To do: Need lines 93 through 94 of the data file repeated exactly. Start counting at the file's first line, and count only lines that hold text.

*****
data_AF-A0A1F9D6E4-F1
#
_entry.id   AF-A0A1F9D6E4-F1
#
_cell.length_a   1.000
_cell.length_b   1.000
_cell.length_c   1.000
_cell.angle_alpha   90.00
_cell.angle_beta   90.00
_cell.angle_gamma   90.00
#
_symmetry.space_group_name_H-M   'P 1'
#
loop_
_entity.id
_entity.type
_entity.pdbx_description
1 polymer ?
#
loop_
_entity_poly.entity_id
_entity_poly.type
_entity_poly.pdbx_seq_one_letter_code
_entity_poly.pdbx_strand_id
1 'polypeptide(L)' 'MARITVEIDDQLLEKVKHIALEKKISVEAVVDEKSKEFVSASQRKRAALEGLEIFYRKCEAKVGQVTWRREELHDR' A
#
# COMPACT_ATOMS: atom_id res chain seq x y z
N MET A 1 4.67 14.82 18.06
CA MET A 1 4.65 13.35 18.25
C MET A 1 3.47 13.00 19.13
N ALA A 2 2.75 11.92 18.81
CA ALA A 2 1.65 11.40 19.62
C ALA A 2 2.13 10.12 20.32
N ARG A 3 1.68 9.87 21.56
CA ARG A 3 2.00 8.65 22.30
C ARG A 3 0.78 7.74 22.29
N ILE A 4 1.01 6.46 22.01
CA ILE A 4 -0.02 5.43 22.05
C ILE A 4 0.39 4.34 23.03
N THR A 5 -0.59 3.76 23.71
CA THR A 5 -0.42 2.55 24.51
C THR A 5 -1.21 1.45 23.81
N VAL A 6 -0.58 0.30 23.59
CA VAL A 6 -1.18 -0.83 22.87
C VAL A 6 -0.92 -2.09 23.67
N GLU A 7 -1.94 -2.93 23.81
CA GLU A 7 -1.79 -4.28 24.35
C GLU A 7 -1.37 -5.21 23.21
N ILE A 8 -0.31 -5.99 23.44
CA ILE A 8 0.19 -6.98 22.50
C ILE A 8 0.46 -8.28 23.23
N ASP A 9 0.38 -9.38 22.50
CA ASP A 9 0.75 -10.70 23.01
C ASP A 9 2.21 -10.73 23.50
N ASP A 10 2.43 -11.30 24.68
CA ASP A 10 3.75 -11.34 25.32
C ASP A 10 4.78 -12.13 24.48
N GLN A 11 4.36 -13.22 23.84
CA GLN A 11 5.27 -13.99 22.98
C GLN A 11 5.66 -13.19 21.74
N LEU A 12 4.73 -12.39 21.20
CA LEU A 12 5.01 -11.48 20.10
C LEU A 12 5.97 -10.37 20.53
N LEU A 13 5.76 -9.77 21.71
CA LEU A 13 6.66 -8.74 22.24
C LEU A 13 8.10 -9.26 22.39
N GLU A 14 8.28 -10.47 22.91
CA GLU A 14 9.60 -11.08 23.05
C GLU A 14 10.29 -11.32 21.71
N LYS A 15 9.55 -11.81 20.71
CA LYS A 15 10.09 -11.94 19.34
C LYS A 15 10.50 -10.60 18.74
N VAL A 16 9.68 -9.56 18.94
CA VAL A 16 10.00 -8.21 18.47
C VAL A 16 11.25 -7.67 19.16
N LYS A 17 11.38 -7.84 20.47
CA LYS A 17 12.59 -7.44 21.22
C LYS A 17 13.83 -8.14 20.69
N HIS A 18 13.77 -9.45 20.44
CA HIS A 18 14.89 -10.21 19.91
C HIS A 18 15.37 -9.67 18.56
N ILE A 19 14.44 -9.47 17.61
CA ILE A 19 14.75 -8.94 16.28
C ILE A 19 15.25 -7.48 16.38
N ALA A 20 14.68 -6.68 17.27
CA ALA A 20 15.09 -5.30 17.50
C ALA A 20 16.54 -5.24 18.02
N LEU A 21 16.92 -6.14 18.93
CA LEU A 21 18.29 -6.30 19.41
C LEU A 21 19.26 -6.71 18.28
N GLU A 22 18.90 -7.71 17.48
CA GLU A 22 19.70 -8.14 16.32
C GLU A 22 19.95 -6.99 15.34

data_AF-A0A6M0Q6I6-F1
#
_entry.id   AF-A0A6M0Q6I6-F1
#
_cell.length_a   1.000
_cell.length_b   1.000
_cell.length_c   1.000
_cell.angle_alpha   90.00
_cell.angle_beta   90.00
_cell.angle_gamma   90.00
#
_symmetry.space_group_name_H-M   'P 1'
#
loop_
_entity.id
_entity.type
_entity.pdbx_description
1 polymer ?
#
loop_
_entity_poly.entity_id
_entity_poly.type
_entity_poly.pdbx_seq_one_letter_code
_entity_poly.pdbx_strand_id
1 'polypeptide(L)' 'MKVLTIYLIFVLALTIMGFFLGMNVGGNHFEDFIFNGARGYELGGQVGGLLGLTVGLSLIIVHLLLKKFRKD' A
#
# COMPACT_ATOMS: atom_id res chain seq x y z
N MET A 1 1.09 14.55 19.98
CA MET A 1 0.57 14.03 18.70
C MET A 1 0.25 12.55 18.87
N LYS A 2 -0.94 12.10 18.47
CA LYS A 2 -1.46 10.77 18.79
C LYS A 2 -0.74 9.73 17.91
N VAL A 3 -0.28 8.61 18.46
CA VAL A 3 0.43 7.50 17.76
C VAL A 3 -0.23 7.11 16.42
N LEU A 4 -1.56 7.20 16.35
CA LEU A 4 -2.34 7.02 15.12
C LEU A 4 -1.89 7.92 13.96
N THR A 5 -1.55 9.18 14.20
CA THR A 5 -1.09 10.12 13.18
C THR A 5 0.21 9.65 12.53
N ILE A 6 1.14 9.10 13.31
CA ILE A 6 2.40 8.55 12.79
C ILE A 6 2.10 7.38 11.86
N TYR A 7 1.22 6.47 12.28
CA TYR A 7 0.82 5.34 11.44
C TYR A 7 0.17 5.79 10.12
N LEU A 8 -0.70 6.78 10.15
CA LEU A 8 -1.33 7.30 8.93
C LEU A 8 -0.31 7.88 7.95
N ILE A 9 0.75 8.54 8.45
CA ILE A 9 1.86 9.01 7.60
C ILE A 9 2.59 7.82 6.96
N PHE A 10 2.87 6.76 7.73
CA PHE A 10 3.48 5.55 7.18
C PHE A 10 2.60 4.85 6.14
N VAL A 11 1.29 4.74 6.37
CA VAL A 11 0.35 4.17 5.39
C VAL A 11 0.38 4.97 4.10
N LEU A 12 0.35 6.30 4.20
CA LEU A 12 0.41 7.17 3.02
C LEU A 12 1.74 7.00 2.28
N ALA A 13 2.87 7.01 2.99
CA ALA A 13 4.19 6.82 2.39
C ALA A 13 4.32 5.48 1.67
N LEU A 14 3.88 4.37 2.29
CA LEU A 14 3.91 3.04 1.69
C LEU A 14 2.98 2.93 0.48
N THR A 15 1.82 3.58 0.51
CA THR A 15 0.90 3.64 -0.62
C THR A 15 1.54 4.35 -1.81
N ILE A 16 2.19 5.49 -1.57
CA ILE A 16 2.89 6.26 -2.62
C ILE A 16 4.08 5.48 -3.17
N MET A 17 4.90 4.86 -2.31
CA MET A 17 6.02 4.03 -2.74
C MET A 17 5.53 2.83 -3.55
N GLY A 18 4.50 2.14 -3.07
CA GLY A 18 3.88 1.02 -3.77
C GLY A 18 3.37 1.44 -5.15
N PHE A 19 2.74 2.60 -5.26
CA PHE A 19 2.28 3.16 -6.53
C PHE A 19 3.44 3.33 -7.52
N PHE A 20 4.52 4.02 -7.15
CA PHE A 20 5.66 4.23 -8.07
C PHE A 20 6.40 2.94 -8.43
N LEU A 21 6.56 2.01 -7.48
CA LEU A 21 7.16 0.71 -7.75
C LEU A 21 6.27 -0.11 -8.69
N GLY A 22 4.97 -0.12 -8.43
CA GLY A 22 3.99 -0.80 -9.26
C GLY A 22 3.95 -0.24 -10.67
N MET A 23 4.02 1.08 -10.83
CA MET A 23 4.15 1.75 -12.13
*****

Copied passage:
C GLU A 22 19.95 -6.99 15.34

data_AF-A0A6M0Q6I6-F1